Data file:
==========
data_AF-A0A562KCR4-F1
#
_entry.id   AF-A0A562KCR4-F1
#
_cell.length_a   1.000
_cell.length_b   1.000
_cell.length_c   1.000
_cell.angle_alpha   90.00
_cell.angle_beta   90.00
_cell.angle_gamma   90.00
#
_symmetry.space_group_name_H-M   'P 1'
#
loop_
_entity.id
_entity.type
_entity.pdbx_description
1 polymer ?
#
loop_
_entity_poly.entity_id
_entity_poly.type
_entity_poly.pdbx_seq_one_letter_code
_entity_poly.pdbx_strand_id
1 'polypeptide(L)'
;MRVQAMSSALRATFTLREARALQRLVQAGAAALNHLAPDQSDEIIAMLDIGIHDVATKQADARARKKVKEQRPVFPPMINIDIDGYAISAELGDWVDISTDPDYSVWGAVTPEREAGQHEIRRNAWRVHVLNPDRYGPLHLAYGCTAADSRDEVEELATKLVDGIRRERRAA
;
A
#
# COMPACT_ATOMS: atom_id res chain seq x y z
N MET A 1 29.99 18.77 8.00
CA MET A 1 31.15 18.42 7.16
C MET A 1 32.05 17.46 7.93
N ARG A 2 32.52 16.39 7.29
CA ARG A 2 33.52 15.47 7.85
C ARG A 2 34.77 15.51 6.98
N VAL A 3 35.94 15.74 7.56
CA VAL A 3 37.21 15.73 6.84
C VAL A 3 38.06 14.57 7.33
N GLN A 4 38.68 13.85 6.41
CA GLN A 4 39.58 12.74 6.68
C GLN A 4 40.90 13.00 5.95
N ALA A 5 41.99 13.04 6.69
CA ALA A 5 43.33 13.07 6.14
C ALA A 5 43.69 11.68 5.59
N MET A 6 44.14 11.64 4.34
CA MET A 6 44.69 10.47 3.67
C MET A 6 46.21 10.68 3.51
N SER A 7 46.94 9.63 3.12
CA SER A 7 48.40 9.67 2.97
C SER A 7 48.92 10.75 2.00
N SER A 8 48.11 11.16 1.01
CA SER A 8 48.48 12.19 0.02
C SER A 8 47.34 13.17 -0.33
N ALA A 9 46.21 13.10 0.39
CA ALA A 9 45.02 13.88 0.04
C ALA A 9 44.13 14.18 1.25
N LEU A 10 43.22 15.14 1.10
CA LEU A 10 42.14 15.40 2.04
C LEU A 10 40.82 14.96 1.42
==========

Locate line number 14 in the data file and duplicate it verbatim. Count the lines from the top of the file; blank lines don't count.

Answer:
loop_